In Week 7 against the Detroit Lions, we can see Barr and Kendricks lined up and showing a Double A Gap Blitz look as the Vikings defense is lined up in a 4-2-5 nickel formation. Just before the snap Barr moves across to the left side of the Lions offensive formation and as soon as the ball is snapped, he is able to execute a delayed blitz and gets a clean shot on quarterback Matthew Stafford. Kendricks meanwhile – rather than blitzing himself – simply drops back into zone coverage in the middle of the field.

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This next play in Week 4 against the Denver Broncos is another example of disguises Barr and Kendricks use when looking to apply pressure. Once again the defense is lined up in a 4-2-5 nickel formation, but this time Barr is lined up at his natural strongside position showing blitz.

But keep an eye on Kendricks, who uses a stance similar to the one used in the video above, suggesting he could well drop into zone coverage as the Vikings already have seven defenders at – or close to – the line of scrimmage pre-snap.

As the ball is snapped, it’s Kendricks this time that moves across to the left side of the Broncos offensive formation, only to find a huge hole on the delayed blitz and sack quarterback Peyton Manning.

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Stopping the Run

The Vikings linebackers are extremely good open field tacklers, which is always going to help to control the run game. Another asset they possess in the run game is the ability to anticipate pre-snap before using speed and quickness to pursue the ball carrier post-snap.

In last season’s wild card playoff game against the Seattle Seahawks, Anthony Barr moves toward where the play ultimately ends up. But watch as Kendricks side steps to his right just before the ball is snapped, anticipating the run play which gives him a slight head start as he pursues laterally to make the play.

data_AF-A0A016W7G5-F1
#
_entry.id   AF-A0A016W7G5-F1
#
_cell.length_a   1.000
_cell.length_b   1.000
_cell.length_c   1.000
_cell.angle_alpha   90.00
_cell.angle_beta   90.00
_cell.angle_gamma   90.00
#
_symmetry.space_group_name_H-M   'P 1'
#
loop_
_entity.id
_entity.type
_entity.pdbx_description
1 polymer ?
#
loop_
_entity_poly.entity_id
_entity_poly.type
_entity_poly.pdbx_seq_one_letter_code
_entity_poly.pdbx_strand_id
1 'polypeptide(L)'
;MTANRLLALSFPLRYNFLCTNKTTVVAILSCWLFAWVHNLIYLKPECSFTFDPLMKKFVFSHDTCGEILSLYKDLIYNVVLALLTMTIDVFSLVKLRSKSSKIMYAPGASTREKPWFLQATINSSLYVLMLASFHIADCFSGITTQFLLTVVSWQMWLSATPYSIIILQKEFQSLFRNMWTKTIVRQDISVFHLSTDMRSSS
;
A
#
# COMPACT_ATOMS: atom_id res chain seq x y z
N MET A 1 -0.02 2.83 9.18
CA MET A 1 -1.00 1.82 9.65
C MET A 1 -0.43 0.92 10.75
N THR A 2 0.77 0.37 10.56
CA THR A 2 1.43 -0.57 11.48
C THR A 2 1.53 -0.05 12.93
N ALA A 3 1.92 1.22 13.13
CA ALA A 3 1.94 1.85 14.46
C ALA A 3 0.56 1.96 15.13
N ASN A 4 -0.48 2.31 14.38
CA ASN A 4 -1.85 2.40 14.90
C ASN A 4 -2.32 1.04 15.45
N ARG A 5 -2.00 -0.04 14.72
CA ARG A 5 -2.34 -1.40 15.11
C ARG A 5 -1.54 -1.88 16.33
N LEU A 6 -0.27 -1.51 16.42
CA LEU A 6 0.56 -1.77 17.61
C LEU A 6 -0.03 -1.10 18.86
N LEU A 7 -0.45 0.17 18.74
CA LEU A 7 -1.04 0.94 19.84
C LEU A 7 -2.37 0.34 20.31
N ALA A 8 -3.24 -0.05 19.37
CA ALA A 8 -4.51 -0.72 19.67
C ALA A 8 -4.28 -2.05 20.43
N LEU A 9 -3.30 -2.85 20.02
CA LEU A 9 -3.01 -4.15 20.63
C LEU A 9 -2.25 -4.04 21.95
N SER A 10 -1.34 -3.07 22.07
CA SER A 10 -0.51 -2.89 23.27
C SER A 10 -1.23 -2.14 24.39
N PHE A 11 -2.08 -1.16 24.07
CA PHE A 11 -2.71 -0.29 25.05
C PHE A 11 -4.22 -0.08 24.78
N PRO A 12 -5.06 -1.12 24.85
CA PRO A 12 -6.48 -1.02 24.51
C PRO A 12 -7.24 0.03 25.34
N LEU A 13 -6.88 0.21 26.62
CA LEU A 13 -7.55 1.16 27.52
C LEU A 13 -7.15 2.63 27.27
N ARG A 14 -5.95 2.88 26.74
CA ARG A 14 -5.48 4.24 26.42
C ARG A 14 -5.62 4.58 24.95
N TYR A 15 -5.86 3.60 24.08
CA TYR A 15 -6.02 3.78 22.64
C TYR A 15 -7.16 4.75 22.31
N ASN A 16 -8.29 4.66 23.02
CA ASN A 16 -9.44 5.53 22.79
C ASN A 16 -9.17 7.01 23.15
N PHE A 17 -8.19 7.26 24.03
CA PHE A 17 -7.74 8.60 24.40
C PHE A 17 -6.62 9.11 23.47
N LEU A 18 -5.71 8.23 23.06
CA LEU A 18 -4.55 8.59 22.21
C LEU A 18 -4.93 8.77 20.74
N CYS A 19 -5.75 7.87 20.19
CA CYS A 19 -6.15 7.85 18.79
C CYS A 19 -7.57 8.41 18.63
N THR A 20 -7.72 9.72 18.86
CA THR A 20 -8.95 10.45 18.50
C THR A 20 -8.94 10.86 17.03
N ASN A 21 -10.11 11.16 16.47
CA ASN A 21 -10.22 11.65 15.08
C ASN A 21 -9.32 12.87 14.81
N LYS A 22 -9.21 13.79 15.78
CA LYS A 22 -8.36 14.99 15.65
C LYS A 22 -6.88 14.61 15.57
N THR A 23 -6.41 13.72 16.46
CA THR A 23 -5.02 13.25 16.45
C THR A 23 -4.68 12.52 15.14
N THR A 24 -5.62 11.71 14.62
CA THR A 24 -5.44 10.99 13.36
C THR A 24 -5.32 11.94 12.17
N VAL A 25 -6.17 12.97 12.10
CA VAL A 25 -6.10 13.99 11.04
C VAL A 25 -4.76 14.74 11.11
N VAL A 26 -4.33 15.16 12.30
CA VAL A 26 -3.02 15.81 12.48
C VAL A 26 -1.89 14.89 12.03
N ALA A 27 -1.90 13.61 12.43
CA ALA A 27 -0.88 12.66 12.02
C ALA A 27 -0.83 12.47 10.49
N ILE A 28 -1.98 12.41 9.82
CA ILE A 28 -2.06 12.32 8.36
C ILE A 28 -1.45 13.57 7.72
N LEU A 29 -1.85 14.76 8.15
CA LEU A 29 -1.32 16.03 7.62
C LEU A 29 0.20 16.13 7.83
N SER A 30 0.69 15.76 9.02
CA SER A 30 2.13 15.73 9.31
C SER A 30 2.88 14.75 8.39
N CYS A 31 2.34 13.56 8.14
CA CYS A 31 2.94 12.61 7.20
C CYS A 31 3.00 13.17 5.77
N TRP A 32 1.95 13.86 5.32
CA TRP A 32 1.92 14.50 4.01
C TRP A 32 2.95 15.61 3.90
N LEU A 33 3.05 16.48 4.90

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Another, similar, play came against the Detroit Lions in Week 7. This time, Barr and Kendricks are lined up over the center showing a Double A Gap Blitz look. Seconds before the ball is snapped, Barr drops back along with Kendricks. Kendricks, however, is already moving toward his right, anticipating where the run play is going, again giving him a head start to pursue Lions running back Theo Riddick (#25). The LB makes his pursuit nearly untouched and makes a nice tackle on a third and long situation, forcing the Lions to punt.

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Barr and Kendricks are both only 24 years old, and both could and should enter their prime years in a Vikings uniform. Greenway’s 2016 season is likely his last, but he proved in 2015 that he still has gas left in the tank. The Vikings also drafted Kentrell Brothers in the fifth round out of Missouri and brought in Emmanuel Lamur from the Cincinnati Bengals, which reunites him with Vikings head coach Mike Zimmer.

So, to summarize: This starting linebacker corps has shown it can be very effective in coverage, pressure and against the run. 2016 will be a big season for them and they’ll be fun to watch as the Vikings look to defend their NFC North crown.

Follow Justin on Twitter @JustinTwell78. Check out his articles on the Chicago Bears draft fits, training camp battles in Green Bay, being a NFL fan on another continent, and whether Blake Bortles can make the leap this year.

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All film courtesy of NFL GamePass.